Published: 21:21, 03 August 2018
Amid a flurry of field fires, a senior firefighter has issued an urgent appeal to help protect Kent's countryside from catching alight in the hot weather.
Families should be careful with barbecues and take extra precautions with garden fires as the county battles "tinder dry conditions", according to Paul Flaherty, assistant director of Channel Tunnel and resilience at Kent Fire and Rescue.
It comes as crews have battled a series of field fires in Kent in the last few days.
A corn blaze in Upstreet, near Canterbury, today destroyed an area equivalent to 10 football pitches.
Hours later, 100 acres of cut straw were seen smouldering in Eastchurch, Sheppey.
Mr Flaherty said: “There is a real danger in these very dry conditions of fires having a devastating impact on people’s lives, homes and livelihoods.
"I want to appeal to the people of Kent and Medway and our visitors to be extra vigilant to prevent outdoor fires on what is now tinder dry land, caused by the second coming of this summer’s heatwave."
Firefighters from across the county have been called to a number of fires in the open countryside over the last 36 hours.
At 2.36pm on Thursday, four fire crews were sent to a large field fire in Hartley near Dartford.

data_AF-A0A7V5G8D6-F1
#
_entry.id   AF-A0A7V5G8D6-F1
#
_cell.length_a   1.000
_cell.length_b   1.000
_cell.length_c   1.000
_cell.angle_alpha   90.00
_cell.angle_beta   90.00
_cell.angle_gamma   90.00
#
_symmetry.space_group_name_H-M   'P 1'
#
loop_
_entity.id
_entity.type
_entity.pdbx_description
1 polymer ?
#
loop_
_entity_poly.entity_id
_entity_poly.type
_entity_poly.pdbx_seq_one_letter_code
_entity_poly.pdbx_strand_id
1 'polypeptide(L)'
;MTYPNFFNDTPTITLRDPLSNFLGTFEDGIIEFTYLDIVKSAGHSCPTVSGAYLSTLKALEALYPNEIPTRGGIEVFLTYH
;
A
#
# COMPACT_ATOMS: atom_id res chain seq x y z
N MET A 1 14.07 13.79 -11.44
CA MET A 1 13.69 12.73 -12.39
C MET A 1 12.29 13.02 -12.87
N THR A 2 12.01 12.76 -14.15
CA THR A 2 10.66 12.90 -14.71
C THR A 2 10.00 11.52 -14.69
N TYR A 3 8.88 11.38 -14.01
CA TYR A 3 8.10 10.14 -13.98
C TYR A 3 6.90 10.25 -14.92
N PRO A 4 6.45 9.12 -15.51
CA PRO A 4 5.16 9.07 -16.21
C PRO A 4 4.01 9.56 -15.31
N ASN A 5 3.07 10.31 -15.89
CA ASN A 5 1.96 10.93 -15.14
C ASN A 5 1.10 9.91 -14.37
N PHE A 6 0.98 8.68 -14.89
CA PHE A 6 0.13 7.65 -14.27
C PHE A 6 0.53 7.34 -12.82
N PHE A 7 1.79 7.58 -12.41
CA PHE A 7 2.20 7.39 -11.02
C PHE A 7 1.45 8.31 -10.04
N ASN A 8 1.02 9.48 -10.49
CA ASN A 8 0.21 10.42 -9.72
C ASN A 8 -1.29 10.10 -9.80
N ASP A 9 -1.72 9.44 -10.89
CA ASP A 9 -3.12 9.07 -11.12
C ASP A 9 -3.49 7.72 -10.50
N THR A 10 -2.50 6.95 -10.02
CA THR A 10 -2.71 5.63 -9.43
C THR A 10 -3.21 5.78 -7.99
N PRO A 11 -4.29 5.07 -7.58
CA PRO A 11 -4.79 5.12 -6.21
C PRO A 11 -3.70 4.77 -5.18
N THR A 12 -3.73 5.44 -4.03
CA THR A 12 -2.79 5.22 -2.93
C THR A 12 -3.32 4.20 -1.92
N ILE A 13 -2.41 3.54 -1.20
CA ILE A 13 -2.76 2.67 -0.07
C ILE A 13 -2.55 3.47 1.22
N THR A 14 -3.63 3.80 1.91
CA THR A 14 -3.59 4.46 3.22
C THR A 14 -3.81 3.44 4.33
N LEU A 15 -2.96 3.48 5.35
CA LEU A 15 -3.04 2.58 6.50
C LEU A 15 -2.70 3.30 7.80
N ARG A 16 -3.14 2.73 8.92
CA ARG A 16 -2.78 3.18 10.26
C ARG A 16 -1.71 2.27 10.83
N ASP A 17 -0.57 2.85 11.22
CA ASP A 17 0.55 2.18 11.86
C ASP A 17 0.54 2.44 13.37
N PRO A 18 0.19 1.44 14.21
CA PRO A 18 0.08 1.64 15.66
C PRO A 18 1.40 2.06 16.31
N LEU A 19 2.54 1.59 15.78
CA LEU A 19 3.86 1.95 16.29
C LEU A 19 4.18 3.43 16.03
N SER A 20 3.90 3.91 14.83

Meanwhile, four crews were sent to a grassland fire in Swanley today and within an hour and a half, four more fire engines were sent to tackle a fire involving large areas of farmland at nearby Crockenhill.
Mr Flaherty said: "Whilst there’s a real need to be vigilant, there’s also a need to be sensible and responsible too.
"We need people to take real care over barbecues - they should be managed carefully, with coals and ash disposed of once things have really cooled down.
“Not only that, but to those who smoke, please make sure you fully extinguish smoking materials.
"Evidence suggests that too many of our attendances to large grassland and crop fires result from the careless discarding of smoking materials.
“In these dry conditions, we ask you to make sure that garden fires are kept well attended and not built too big that they become unmanageable.
"It’s also important to be aware of your surroundings; shrubs and trees are also very dry.
"Garden bonfires can quickly spread. Having a garden hose or even buckets of water on hand can prevent the unintended spread of this kind of fire which hasn’t been helped by the high winds we have also been experiencing.
“I’d also like to appeal to people walking in the glorious Kent countryside, please make the most of it, but remember to be responsible with sources of ignition and other materials that can reflect heat that can be the source of ignition for a grass fire.
"We are fully supportive of the Kent County Council and Highways Agency initiatives that urge people to take their rubbish and waste material home with them rather than discard it carelessly from moving vehicles or in the countryside.
"Please dispose of it responsibly. Whilst most of these fires are started accidentally, it is the case that some are started deliberately.
"Please help us to protect our countryside by being vigilant and reporting those that you believe to be acting irresponsibly. We will work with our colleagues in other agencies to ensure the necessary action is taken to prevent this kind of behaviour.
“Kent Fire and Rescue Service is well prepared and will be there where and when we’re needed, but my appeal is to keep the demand down for fires that can easily be avoided with a little more care and attention.”